There’s really no place we’d rather be during May, and for the rest of the month you will find us over on the Missouri fishing the greatest tailwater in Montana. It’s not too late to join us!
Smith River Camp 2015
Camp life on the Smith River is one of the highlights on this 5 day overnight trip. You’re never quite sure what is going to happen in camp, and by day 5 the activites skew toward the creative. Last year on the Smith, gear guys Sam and Max decided to blow off a little steam once the final desserts of the trip had been served. We always wonder what the gear guys do all day before we make it to camp. Now we have a little better idea.
We are getting to that time of year when Smith River applications are due. The deadline is Feb. 18th and you can find all the information you need HERE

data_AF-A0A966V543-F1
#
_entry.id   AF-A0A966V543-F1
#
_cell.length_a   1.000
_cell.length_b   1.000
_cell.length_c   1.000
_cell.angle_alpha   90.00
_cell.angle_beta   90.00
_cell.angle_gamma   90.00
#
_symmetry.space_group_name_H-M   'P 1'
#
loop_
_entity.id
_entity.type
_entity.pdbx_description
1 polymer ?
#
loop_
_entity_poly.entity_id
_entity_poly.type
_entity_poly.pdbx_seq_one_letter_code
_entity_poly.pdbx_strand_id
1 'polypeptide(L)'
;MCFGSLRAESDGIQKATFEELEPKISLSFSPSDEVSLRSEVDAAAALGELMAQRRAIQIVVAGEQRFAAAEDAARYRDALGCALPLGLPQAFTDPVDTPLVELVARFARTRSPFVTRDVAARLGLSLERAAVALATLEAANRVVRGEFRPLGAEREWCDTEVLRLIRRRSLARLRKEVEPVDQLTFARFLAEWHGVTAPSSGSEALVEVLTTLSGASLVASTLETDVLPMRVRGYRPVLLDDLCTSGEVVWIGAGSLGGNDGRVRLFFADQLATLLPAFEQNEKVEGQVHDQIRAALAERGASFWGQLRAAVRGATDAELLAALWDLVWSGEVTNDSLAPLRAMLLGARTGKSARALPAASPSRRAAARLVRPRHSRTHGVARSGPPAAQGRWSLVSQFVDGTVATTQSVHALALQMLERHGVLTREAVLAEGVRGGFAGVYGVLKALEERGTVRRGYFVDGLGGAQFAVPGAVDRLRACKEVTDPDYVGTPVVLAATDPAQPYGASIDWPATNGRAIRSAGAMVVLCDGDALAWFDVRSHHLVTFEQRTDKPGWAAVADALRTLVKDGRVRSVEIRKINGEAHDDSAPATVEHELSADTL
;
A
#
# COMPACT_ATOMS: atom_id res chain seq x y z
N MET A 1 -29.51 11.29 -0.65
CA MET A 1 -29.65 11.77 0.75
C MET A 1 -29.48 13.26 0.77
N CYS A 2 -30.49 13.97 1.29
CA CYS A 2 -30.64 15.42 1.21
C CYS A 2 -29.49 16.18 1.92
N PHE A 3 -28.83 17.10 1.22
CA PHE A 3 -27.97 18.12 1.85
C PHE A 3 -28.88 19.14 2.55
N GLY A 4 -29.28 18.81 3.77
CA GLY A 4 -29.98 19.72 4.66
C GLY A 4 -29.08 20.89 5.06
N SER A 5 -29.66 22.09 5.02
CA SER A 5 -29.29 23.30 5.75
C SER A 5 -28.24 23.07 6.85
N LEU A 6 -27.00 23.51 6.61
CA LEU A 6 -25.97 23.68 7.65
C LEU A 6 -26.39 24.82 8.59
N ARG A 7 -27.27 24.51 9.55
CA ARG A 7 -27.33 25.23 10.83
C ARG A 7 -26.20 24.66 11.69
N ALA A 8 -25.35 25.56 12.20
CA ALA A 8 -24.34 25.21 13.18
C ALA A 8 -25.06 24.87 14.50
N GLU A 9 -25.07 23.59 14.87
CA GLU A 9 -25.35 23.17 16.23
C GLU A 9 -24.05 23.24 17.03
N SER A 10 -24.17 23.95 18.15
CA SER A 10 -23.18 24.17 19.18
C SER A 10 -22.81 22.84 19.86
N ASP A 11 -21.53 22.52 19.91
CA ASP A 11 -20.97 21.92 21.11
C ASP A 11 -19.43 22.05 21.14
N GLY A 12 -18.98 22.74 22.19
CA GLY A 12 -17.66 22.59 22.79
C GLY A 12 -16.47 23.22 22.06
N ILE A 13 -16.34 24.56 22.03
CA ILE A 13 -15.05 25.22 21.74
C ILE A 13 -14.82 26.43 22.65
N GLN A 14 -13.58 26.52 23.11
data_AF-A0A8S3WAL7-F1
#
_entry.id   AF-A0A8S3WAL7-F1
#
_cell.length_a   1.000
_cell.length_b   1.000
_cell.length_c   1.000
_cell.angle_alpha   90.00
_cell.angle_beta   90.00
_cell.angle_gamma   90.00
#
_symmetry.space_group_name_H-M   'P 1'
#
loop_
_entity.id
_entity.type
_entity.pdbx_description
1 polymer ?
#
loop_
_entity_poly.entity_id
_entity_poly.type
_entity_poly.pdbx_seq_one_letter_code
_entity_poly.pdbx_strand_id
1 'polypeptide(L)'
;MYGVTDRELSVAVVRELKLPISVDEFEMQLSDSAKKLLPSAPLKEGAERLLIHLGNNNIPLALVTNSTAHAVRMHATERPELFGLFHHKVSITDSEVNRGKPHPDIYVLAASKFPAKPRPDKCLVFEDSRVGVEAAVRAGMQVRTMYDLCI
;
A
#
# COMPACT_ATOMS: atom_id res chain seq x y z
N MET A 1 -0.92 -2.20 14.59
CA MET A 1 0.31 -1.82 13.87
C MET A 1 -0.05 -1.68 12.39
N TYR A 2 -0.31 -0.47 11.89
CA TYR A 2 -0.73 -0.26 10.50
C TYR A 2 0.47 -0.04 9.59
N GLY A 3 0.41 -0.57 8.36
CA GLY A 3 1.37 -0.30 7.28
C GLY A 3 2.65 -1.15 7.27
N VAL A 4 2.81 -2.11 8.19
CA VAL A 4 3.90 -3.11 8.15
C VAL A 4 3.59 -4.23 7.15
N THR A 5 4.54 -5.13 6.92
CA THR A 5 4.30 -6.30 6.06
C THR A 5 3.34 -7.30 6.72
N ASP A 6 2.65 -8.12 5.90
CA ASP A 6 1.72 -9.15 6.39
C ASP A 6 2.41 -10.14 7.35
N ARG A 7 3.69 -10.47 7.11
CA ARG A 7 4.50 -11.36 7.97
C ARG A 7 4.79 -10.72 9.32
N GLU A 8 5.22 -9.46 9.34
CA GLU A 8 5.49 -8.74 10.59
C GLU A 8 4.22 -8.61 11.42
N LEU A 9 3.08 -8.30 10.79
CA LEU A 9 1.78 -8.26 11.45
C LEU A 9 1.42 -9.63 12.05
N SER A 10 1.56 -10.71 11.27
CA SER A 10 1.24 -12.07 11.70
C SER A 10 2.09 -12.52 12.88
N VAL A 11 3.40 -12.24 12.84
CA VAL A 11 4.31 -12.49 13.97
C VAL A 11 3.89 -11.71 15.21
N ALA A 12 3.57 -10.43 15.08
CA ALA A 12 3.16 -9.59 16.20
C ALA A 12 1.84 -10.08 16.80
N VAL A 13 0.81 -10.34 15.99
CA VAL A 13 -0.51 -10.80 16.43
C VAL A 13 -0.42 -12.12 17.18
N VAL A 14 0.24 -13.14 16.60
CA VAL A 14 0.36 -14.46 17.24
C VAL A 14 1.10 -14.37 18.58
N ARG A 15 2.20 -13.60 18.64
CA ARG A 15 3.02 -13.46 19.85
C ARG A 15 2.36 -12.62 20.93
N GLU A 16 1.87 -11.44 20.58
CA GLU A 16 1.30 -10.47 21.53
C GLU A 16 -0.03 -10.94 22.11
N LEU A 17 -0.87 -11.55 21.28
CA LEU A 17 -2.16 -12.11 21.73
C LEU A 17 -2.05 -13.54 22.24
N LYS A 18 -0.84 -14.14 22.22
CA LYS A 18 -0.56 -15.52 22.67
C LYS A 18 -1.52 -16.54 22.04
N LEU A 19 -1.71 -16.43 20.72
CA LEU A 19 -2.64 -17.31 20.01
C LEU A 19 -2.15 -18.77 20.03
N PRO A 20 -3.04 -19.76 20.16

So what does a fly fishing outfitter do with a mid-season break? He takes a family fishing vacation of course! I always try to schedule some time off toward the end of August before the kids go back to school so we can take a trip somewhere. The trip doesn’t have to be exclusively about fishing, but wherever we go fishing has to be on the itinerary at some point. This year we made the trek north to Fernie, British Columbia which is home to the Elk River and legendary dry fly fishing for westslope cutthroat. My good friend, Jeff, is an outfitter up there and runs Home Waters Guide Service so once we got into town he stopped by to fill me in on conditions and hatches. It’s always fun to explore new water, and with the kids there is not a much better option than dry fly cutthroat fishing near the end of summer. The scenery around Fernie is simply spectacular and over three days of floating on the Elk river we discovered that the fishing is awesome too. The young anglers caught plenty of fish to keep them interested, and my wife crushed trout on dries the two days that she fished. There were lots of fat 14-16″ cutthroat that hit the net with a few approaching the 18″ mark. If it wasn’t for some local letting all the air out of my tires on the last day it would have been an absolutely perfect trip. Fortunately Jeff came to the rescue with a rented air compressor. His efforts turned a potential nightmare into just a small inconvienence. Overall it was a great family fishing vacation and the perfect break before our final push into the fall fishing season. The kids are already working on where we are going next summer.